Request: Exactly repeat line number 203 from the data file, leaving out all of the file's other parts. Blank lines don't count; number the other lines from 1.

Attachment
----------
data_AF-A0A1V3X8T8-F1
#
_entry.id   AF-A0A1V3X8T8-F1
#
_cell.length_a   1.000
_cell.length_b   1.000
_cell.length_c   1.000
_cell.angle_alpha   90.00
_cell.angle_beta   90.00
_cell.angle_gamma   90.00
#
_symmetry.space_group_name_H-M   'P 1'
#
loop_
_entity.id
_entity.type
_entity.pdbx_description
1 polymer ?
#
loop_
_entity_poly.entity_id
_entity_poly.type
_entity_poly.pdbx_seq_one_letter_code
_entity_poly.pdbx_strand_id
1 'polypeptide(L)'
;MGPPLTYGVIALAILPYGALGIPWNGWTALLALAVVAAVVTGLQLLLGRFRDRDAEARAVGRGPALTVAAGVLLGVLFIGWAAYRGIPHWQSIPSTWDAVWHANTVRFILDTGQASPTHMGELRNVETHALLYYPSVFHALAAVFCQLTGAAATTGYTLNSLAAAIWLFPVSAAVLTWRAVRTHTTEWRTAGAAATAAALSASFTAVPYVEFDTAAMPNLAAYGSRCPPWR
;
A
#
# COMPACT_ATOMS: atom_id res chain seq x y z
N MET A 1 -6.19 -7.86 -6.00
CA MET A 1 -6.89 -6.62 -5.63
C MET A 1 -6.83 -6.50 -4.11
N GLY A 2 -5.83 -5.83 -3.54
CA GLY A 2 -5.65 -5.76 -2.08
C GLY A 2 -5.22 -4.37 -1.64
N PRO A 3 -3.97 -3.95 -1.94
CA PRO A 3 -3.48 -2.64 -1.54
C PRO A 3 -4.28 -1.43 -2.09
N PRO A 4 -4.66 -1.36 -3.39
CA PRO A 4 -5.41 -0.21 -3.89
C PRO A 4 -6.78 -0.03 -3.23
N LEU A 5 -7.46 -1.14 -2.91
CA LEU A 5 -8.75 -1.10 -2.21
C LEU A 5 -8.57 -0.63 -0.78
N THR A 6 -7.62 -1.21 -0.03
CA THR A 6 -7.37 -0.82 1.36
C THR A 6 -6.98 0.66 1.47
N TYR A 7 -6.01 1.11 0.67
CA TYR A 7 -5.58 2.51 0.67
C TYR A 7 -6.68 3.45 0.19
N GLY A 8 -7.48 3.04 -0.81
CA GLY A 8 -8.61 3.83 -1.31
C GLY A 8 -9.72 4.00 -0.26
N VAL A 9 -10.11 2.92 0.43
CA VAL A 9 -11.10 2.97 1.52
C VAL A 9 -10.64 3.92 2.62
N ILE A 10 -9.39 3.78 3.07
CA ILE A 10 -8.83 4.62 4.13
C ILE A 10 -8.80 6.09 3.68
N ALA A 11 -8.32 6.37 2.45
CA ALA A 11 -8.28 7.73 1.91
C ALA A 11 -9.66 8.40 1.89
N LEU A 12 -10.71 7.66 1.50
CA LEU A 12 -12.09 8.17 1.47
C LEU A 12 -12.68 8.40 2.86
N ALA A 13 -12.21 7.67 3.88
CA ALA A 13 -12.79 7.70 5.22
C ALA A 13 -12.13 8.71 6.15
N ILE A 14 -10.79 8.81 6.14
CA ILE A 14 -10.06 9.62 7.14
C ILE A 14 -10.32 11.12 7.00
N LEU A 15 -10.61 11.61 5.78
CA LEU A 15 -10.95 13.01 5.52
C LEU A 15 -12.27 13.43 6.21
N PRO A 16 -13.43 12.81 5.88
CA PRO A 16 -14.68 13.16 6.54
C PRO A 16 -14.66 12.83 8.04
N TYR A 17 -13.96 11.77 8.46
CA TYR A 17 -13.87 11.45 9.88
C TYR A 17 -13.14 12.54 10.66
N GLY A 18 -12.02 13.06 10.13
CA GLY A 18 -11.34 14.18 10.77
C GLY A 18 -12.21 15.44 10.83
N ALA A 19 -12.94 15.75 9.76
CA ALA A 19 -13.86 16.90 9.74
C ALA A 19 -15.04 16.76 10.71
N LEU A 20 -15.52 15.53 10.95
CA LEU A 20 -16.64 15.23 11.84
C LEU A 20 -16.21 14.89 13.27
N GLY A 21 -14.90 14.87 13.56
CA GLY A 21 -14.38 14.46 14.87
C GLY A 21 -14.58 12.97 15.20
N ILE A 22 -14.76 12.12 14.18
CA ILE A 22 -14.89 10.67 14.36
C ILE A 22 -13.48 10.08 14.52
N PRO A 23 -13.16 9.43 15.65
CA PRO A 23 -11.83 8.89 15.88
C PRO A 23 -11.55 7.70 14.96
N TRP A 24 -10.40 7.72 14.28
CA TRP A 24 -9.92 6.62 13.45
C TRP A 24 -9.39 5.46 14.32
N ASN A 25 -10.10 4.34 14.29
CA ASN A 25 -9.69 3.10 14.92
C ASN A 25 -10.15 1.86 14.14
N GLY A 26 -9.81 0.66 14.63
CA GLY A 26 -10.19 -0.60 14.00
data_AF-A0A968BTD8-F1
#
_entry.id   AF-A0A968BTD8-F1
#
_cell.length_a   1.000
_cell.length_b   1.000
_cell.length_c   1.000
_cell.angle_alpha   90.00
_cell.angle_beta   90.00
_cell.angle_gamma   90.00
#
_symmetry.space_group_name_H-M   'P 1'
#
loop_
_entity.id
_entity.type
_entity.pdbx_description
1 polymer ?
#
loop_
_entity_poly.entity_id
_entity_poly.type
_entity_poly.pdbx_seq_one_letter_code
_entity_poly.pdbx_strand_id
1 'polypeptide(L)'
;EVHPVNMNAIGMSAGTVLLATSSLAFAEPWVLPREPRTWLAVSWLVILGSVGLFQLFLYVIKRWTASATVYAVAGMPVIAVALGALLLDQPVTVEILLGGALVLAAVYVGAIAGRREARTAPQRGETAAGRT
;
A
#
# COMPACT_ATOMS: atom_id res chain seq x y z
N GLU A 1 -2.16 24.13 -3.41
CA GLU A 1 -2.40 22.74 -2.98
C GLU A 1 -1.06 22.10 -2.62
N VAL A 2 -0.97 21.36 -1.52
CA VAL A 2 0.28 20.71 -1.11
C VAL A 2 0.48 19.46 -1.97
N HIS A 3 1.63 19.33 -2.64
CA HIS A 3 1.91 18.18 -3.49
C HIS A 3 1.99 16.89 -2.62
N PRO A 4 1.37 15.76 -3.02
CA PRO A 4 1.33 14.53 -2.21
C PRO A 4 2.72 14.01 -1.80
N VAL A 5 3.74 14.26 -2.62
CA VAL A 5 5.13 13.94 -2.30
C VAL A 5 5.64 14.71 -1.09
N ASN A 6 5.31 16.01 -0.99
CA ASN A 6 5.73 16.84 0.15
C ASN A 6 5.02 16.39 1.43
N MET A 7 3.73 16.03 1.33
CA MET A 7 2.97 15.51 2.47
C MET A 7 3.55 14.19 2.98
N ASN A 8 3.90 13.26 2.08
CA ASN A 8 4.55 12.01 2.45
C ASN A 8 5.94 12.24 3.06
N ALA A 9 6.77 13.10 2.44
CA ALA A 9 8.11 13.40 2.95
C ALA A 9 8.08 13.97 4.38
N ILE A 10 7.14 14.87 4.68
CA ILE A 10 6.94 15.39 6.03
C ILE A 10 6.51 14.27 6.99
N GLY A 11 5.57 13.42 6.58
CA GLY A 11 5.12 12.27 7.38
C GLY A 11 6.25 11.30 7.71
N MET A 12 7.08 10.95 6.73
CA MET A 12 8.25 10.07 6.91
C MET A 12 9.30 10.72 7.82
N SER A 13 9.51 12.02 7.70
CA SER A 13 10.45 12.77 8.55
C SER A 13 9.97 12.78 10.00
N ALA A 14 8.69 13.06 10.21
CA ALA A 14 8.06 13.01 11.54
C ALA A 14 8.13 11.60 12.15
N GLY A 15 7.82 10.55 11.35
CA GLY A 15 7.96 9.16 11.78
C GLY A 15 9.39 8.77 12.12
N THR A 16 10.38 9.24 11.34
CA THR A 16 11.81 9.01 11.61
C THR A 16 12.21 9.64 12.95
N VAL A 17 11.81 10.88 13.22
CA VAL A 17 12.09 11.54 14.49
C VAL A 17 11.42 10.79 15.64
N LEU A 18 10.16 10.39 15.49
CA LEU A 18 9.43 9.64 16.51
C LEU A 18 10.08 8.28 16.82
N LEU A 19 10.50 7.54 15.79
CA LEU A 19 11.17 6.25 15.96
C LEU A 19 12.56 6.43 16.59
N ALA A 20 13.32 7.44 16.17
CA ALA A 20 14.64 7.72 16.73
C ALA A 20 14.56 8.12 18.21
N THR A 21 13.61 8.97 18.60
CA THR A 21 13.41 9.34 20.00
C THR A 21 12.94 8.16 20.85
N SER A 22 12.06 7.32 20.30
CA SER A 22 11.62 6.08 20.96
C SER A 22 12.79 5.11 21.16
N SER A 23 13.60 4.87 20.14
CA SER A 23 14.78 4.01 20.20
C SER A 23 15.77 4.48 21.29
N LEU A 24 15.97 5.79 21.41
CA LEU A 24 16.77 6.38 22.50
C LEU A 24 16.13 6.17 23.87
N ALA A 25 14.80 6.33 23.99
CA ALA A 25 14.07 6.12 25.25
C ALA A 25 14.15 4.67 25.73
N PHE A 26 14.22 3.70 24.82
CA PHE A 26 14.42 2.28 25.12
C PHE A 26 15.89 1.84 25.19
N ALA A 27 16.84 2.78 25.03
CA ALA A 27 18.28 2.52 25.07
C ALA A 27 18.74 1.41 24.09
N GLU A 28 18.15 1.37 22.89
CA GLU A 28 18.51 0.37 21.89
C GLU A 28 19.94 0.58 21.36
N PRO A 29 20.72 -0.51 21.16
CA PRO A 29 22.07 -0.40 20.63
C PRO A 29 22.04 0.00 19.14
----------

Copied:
C SER A 22 12.79 5.11 21.16